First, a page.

Shrines within Gokarna ForestBandevi Temple:
Located deep in the Forest above the 6th fairway, this shrine dedicated to the goddess of the forests is considered the holiest within Gokarna Forest.
During the festivals of Chaitra Dasain in late March and the great harvest festival of Bijaya Dashami, throngs of devotees gather here to worship and offer sacrifice. Puja (prayer) is performed twice a year for which Gokarna Forest offers assistance.Dhungana's Kuldevta:
Left of the 11th green, in an area of Gokarna called Hattisar, the temple houses the clan deity of the Dhungana caste, and they perform an annual puja in mid-July.Poudail Kuldevta:
High above the 4th tee is a temple housing the clan deity of the Poudail caste. A yearly puja is held in mid-September.Mahat Kuldevta:
This temple is between the 3rd and 4th tees. The Mahat caste gather here every May to worship their clan deity.Naag Isthan:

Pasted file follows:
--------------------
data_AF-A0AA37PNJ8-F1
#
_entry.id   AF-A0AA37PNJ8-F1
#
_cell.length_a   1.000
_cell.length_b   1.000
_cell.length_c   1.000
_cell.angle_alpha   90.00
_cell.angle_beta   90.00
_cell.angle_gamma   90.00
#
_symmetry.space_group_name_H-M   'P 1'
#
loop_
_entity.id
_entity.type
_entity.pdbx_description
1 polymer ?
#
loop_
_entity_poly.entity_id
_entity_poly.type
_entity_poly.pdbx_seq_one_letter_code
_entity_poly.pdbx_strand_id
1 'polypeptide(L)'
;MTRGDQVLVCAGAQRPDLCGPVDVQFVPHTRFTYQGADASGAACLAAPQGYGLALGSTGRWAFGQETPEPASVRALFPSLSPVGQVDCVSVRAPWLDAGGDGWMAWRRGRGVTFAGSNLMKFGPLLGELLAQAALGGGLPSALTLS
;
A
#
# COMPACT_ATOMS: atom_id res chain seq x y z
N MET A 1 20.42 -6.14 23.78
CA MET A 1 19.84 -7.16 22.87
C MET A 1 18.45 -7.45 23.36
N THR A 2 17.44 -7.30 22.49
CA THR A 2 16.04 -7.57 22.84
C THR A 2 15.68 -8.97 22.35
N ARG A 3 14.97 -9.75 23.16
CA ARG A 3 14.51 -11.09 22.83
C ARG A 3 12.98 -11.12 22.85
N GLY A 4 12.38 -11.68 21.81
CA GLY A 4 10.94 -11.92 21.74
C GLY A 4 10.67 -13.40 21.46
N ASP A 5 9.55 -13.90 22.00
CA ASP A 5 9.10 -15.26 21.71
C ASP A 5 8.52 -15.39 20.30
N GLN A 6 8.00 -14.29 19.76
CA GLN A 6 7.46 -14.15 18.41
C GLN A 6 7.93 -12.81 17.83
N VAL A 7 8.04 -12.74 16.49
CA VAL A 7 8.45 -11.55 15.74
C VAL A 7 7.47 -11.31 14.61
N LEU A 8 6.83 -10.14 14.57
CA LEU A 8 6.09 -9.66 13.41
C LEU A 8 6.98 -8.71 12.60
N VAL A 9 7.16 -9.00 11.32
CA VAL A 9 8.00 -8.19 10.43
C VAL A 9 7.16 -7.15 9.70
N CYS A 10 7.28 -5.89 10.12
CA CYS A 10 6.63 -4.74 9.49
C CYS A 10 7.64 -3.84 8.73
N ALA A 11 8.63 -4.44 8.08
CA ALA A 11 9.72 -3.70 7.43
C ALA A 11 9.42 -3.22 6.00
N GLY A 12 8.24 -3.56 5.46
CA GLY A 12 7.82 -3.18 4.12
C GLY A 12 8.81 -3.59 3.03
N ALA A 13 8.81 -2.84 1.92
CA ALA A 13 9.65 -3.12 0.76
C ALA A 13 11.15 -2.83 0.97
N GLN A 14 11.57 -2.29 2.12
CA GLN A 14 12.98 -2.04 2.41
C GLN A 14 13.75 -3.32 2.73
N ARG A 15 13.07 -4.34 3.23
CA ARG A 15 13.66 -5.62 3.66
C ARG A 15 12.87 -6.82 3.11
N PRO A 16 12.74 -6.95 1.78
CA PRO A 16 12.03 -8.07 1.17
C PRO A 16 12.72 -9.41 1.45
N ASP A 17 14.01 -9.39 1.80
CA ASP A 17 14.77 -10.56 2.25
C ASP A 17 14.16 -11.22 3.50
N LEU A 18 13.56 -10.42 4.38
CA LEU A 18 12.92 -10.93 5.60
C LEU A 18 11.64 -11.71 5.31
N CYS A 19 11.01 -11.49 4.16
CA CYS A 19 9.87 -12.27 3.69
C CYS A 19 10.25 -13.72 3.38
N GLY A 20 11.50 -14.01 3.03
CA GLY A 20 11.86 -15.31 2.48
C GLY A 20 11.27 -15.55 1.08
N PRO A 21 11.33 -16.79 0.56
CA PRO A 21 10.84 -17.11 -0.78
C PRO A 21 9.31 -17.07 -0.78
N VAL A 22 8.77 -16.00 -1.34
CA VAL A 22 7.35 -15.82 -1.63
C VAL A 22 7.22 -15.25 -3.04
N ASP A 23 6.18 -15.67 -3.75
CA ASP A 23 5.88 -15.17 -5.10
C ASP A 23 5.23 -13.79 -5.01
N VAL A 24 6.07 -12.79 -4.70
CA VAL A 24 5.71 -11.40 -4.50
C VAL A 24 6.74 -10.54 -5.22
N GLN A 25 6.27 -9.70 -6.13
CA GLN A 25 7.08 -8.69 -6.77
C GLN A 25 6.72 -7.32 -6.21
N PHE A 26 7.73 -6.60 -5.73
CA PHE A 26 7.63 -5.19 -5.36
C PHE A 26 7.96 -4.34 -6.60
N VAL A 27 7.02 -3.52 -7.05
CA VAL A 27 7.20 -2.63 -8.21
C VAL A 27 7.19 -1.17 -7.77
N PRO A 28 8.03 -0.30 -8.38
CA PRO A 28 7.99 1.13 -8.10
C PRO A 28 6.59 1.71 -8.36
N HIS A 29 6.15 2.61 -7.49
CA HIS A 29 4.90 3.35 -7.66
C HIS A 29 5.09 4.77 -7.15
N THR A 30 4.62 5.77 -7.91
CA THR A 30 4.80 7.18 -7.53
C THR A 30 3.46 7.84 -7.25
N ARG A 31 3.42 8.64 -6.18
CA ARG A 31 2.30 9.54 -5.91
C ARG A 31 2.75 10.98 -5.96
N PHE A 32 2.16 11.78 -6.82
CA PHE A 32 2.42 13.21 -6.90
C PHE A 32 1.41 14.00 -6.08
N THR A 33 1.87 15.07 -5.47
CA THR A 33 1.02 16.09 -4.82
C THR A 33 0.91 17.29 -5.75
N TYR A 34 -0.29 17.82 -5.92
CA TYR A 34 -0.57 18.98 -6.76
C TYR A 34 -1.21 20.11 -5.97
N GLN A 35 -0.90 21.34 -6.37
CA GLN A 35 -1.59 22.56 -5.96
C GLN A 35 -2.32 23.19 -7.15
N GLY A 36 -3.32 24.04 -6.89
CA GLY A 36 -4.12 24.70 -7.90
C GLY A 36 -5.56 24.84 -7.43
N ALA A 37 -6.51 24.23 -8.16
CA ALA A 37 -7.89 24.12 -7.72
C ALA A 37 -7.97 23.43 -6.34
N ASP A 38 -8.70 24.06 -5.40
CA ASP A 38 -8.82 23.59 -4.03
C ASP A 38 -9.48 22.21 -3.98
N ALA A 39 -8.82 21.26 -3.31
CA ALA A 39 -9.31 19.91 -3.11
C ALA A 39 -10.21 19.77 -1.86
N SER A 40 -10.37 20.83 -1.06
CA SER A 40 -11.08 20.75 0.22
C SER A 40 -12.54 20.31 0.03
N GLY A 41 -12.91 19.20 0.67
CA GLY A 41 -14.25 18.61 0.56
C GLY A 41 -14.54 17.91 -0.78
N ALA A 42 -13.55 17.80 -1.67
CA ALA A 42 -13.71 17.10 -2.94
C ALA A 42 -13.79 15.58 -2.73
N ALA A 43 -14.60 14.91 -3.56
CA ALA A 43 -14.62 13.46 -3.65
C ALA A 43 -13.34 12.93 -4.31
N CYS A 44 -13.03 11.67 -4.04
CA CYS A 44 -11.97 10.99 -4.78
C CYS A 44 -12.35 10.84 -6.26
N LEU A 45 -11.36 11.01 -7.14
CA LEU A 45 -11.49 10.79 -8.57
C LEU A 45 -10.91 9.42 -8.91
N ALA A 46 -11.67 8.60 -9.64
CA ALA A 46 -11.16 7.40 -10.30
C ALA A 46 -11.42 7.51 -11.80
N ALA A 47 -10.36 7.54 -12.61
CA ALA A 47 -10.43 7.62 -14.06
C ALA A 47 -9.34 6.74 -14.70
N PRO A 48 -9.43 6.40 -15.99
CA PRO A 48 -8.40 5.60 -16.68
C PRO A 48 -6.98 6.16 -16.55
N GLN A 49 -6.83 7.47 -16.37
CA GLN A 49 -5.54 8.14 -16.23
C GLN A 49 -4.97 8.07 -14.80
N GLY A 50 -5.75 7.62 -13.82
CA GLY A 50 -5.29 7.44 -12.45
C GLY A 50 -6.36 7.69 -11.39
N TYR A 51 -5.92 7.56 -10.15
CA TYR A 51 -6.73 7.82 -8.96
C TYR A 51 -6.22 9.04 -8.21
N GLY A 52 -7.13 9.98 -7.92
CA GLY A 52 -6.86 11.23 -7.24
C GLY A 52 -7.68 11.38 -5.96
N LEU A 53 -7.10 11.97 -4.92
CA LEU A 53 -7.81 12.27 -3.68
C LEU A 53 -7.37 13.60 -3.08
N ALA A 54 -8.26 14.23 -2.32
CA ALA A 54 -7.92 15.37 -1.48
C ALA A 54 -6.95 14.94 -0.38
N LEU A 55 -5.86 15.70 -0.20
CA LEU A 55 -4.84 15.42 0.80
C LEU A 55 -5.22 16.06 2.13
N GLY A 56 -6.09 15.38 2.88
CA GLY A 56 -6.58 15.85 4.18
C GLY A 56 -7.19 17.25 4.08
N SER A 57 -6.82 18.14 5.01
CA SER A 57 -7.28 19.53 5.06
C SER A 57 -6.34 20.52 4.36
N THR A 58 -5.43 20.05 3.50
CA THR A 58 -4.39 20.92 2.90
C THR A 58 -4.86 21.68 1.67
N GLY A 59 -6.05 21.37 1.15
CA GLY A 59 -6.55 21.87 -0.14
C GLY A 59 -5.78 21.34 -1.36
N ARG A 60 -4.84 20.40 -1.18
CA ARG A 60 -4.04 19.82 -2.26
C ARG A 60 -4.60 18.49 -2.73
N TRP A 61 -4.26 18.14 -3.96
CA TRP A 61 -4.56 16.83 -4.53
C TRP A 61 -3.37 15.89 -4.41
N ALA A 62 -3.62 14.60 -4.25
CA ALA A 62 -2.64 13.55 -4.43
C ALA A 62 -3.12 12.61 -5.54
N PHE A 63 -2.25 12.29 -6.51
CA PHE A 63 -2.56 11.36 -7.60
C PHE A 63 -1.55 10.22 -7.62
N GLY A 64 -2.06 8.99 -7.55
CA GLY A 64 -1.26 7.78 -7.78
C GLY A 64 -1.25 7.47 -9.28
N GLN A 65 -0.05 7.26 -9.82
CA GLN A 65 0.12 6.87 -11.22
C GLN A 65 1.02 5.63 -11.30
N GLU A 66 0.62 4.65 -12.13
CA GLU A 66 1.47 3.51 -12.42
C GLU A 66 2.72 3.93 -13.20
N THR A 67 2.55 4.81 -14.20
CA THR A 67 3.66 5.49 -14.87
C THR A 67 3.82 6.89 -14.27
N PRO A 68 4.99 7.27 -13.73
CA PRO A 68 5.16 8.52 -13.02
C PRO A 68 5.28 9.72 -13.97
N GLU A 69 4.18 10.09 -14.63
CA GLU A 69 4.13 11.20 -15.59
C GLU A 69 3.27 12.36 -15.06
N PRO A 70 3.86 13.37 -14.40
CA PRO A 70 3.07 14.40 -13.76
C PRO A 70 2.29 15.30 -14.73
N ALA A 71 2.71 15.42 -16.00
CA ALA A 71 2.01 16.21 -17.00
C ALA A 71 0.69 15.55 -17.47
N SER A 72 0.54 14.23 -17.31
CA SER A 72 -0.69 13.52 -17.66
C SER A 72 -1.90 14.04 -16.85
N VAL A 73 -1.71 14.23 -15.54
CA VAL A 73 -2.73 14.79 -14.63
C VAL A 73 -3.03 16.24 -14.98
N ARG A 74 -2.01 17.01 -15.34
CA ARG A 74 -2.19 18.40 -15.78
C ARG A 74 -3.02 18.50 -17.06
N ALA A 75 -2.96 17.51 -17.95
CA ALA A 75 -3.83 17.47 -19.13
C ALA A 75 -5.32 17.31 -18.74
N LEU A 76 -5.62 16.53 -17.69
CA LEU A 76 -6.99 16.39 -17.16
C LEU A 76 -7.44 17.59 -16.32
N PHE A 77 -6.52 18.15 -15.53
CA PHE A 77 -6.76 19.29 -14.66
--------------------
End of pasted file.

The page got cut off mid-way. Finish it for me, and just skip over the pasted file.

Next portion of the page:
Situated on the timber bridge between the car park and the practice range, an annual puja is performed in mid-August in this "abode of the naag" (snake).Kanti Bhairab Temple:
Just outside the Northern part of Gokarna Forest, this temple near the 7th tee is also known as Uttar Gaya.
From a special petrograph of the temple area, it was found that this temple was established by King Rajendra Bir Bikram Shah Dev on 14th Falgun 1846 Bikram Sambat (February, 1789 A.D.)
On the occasion of Mother's Day (in Dec/Jan), local residents celebrate at this temple. Devotees also gather here on Saturdays.
During the festival of Kushe Aunshi (Father’s Day) (in Aug/Sep), Dashain (in Sept/Oct), and Poush Gaya Aunshi (Mother’s Day) (in Dec/Jan), many worshippers come to pay obeisance at this shrine.
The Holy River Bagmati flows from North to South next to this temple. There is a legend that this river comes out from the mouth of a tiger known as Baagdwar and flows via Sundarijal to the temple's side.Gokarneshwar Mahadev:
The 2nd oldest temple in and around Kathmandu valley, built in 1582, the triple-roofed Gokarneshwar Mahadev Temple stands on the banks of the Bagmati River.
Here, Newar Buddhists and Hindus of all ethnic groups celebrate special festivals in honour of their dead. The temple's great interest is the surprisingly varied collection of sculptures and reliefs all around the site featuring a varied collection of gods and goddesses, some dating back more than a thousand years.